Anna Tambour, “The Walking-Stick Forest.” Tor.com, May 21, 2014.
A weird fiction revenge story in which the person seeking revenge comes to some well deserved grief themselves. Not that much fantastical about it, but it reminded me somewhat of interbellum horror and weird fiction stories without being a pastiche.
Natalia Theodoridou, “The Eleven Holy Numbers of the Mechanical Soul.” Clarkesworld, February 2014.
This is a brilliantly done take on an old subgenre, that of the stranded astronaut on an alien planet and how they fill up their lives when rescue is …unlikely. Here the stranded astronauts makes large automotons from his wrecked spaceship’s resources, inspired by Theo Jansen’s strandbeesten. The holy numbers of the title are also inspired by these strandbeesten.
E. Catherine Tobler, “Migratory Patterns of Underground Birds.” Clarkesworld, May 2014.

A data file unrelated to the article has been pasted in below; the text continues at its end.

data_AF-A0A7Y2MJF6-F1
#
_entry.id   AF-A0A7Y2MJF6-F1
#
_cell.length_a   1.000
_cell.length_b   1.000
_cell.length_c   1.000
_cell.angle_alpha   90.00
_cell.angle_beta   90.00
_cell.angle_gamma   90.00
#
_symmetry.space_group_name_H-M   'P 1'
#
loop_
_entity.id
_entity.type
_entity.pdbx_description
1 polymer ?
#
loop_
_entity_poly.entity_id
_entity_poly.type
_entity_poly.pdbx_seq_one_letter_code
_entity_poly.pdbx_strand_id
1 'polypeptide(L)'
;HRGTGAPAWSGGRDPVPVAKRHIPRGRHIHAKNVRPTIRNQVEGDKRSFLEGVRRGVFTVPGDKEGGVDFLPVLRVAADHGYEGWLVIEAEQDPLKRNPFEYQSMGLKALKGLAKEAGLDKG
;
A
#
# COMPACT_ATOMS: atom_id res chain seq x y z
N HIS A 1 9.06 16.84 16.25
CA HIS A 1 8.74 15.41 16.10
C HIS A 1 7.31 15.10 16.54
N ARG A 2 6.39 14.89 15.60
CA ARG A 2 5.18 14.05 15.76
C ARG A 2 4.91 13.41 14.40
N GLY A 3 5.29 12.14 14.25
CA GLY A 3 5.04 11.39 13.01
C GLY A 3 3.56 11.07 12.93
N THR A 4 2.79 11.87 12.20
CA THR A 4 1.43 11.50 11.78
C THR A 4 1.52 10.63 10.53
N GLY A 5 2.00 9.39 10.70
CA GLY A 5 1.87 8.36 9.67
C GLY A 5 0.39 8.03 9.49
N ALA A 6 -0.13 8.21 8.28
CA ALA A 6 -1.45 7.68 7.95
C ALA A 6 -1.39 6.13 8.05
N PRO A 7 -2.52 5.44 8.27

A woman walks through an empty world having escaped from a bunker, looking for company but not finding it anywhere, just more empty bunkers. Throughout the story there are hints that she was the victim of alien abduction, but she herself doesn’t remember anything of what happened before she found herself in this world. A nicely atmospheric story that is careful not to provide any real answers.
Jeremiah Tolbert, “In the Dying Light, We Saw a Shape.” Lightspeed, January 2014.
This is the quintessential example of a particular strain of hippy science fiction, where peace and love are meant to bring us to the stars. A few years into the future, “space whales” start “beaching” themselves on Earth and certain people feel telepathich messages or hallucinations when they touch the beached carcasses. Thom is one of them, one of the most sensitive and he’s used by Lilian, the leader of the Contactee movement, to get closer to the mystery of the whales. Nicely done, but incredibly sentimental and if you’re allergic to that, don’t read this.